Alanna Carrol was Rancho Los Cerritos’ Arts Council of Long Beach-funded intern in the fall of 2017. A little about her experiences here, in her own words, below.
I am an artist from Southern California who moved to Long Beach to attend California State University Long Beach. Now graduated, I freelance as an illustrator, face painter and storyboard/concept artist, and work in the service industry. I collect succulents that have a significantly shorter lifespan than the species is supposed to, and always look forward to my next escape from the city to the mountains and deserts of California.
I acted as Rancho Los Cerritos’ curatorial intern during my final semester in college, where I received a BFA in Illustration and a minor in American Indian Studies. The intern position was of particular interest to me due to the site’s connection to Tongva history, the original inhabitants of the Los Angeles basin and a significant subject of my studies. While an intern at the Rancho I was able to assist Sarah Wolk Fitzgerald, the curator, in research for a planned exhibit to include the site’s collection of Native American baskets, an opportunity that allowed me to apply some of the principles I had only encountered in classes regarding representation of indigenous communities in museums. I was pleasantly surprised to find that I could work on a project that so closely related to my interests and see the early stages of exhibit development.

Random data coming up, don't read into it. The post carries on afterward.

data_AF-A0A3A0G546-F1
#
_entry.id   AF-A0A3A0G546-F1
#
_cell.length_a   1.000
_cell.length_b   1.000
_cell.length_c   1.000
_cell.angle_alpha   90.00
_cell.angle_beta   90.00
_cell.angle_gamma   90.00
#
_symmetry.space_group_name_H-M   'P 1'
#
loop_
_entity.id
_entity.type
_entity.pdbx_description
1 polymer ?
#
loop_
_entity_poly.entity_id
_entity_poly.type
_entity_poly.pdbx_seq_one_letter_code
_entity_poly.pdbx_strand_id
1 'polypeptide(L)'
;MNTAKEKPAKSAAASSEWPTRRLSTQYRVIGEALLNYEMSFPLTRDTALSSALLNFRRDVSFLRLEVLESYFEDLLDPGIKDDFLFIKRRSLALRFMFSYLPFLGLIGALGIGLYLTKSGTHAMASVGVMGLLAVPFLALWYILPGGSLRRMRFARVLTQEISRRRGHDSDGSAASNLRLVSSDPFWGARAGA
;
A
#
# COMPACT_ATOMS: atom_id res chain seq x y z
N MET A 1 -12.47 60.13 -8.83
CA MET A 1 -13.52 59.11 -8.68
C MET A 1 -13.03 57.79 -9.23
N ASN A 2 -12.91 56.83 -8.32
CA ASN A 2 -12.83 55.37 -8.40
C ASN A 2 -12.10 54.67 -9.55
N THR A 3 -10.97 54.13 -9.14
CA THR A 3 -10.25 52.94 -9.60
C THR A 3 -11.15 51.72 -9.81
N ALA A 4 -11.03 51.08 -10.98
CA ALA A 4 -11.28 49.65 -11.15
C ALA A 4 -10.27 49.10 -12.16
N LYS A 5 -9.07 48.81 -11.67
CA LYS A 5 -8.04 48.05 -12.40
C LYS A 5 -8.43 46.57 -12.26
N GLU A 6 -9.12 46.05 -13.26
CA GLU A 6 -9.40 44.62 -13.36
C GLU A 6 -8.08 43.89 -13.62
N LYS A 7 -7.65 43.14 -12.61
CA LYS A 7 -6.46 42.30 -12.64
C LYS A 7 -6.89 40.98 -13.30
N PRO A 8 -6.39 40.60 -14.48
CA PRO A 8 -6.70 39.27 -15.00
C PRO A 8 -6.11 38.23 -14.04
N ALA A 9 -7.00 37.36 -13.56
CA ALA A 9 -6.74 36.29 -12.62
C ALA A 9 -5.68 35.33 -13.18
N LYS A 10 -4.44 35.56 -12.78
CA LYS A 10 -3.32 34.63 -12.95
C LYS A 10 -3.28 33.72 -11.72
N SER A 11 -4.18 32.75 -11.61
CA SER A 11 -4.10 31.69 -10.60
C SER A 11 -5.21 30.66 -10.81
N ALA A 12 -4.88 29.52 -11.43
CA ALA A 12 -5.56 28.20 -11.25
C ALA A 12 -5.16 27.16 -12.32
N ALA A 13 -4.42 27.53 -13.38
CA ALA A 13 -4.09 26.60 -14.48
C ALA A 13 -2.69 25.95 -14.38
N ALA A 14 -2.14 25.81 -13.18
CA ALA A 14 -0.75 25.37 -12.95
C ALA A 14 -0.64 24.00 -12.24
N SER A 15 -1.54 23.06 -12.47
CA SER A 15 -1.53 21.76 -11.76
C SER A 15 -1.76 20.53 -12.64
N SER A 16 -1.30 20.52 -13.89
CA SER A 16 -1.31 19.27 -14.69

I was also lucky enough to research, design and install my own exhibit that discussed medicine and health in the mid 19th to early 20th century. The Rancho’s varied collection allowed me to gather historical objects that illustrated the striking narrative of medical advancements during critical transitions in the field, and explore Southern California’s role in the medical landscape. The exhibit included some of my favorite collection pieces, a surgical kit still containing its original contents, fierce scalpels and wickedly sharp tweezers, and a medical formulary that complied the most modern medical practices of the time, which expresses that period of medicine with astounding clarity.
I am proud of the work I did as an intern and am grateful to Rancho Los Cerritos and The Arts Council for Long Beach for the opportunity. My experience as a curatorial intern fostered a deeper curiosity and appreciation for the complexities of our shared history and will continue to impact how I live, work and create art.